Visualizing silicon chemistry

Bode, Brett
Major Professor
Mark S. Gordon
Committee Member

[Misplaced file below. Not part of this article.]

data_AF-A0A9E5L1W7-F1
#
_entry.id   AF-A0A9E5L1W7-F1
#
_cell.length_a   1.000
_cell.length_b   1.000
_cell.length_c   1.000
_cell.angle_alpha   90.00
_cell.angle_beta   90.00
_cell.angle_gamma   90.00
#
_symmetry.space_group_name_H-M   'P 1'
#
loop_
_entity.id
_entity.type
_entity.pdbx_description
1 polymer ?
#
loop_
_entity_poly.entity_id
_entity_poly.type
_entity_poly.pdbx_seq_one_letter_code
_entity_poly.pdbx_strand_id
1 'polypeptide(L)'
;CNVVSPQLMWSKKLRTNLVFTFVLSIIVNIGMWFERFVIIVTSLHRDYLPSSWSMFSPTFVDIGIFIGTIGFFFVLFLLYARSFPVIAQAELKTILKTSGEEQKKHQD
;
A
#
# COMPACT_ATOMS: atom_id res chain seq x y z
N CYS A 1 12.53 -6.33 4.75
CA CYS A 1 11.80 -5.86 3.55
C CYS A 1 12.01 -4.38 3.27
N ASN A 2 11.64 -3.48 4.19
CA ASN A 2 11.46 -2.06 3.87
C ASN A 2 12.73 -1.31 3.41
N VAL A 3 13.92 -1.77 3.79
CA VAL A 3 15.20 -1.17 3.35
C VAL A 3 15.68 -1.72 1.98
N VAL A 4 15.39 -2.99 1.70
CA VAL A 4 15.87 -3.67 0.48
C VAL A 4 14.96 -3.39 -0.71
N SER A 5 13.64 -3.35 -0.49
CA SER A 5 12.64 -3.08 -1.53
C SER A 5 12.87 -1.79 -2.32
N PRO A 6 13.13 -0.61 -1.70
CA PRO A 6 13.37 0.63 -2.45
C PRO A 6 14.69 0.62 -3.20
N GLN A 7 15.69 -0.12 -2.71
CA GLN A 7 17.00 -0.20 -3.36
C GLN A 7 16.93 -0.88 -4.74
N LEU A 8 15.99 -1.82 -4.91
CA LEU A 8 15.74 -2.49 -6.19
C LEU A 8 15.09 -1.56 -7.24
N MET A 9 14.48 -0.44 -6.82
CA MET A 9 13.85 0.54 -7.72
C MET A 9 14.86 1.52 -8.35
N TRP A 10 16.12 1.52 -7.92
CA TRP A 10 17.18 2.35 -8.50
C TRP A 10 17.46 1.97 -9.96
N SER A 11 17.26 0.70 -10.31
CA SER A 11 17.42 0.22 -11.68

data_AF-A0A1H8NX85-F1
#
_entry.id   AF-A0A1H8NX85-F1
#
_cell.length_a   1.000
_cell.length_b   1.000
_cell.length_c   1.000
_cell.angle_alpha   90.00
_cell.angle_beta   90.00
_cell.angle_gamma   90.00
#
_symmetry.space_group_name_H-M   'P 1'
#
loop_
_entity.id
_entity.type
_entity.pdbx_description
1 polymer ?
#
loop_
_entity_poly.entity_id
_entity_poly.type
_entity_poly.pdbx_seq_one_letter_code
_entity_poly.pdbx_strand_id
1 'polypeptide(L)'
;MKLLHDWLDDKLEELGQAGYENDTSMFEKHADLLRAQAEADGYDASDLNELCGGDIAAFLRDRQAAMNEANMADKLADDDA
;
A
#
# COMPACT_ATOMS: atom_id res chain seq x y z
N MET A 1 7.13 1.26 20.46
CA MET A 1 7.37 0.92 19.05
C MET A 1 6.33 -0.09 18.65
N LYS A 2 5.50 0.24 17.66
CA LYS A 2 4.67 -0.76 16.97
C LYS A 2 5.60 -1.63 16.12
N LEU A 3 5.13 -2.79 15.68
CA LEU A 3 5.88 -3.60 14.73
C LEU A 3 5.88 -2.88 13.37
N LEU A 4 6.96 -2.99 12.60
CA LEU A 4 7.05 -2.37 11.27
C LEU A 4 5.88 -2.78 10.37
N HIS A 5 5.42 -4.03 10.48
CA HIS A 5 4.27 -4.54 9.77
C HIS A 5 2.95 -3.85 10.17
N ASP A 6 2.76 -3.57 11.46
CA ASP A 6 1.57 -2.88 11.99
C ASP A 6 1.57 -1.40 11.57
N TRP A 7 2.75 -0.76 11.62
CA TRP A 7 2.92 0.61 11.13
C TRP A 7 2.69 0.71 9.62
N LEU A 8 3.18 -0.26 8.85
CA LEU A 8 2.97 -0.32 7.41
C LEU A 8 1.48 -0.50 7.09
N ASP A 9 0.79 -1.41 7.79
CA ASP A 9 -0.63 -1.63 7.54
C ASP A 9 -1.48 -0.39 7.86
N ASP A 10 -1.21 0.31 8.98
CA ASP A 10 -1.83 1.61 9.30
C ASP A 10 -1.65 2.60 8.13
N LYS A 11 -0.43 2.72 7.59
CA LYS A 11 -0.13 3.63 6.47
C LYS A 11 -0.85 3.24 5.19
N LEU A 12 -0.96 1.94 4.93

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The research presented in this thesis may be divided into three areas: transition metal catalysis, graphical user interfaces, and the derivation and application of effective core potentials;Transition metal catalysis. The titanium catalyzed hydrosilation reaction has been examined in detail to determine a possible minimum energy reaction path. Two reactions and three catalysts were considered. In addition to a model system consisting of the reaction of silane with ethylene, the simplest known experimental reaction involving trichlorosilane and ethylene was also examined. In addition to a model catalyst of TiH2, the experimental catalysts TiCl2, and Ti(C5H5) 2 were considered. In all reactions studied the catalyst had a dramatic effect on the reaction system changing the overall reaction barrier from over 50 kcal/mol without the catalyst to a barrierless process with the catalyst. In addition to the overall reaction energies, several low energy intermediate structures were predicted which might be experimentally observable;Graphical user interfaces. A description is given of a new graphical user interface for the GAMESS program. This interface includes many features useful for interpreting complex wavefunctions and reaction systems. These include the ability to animate reaction paths and normal modes of vibration, as well as the ability to view molecular orbitals, total electron densities, molecular electrostatic potentials, and density differences;Effective core potentials. The derivation of an enhanced method for the computation of integrals involving effective core potentials is presented and has been implemented in the electronic structure code GAMESS. This method has helped produce a large reduction in the computational cost of ECPs. It has also enabled the implementation of analytical second derivatives. The new method is also applied to the determination of the minimum energy structures of Si8C12, Ge8C12 and Sn8C12 which are main group analogs of the Ti8 C12 compounds (known as metcars). Relative energies, geometries, and vibrational frequencies are reported for several novel structures.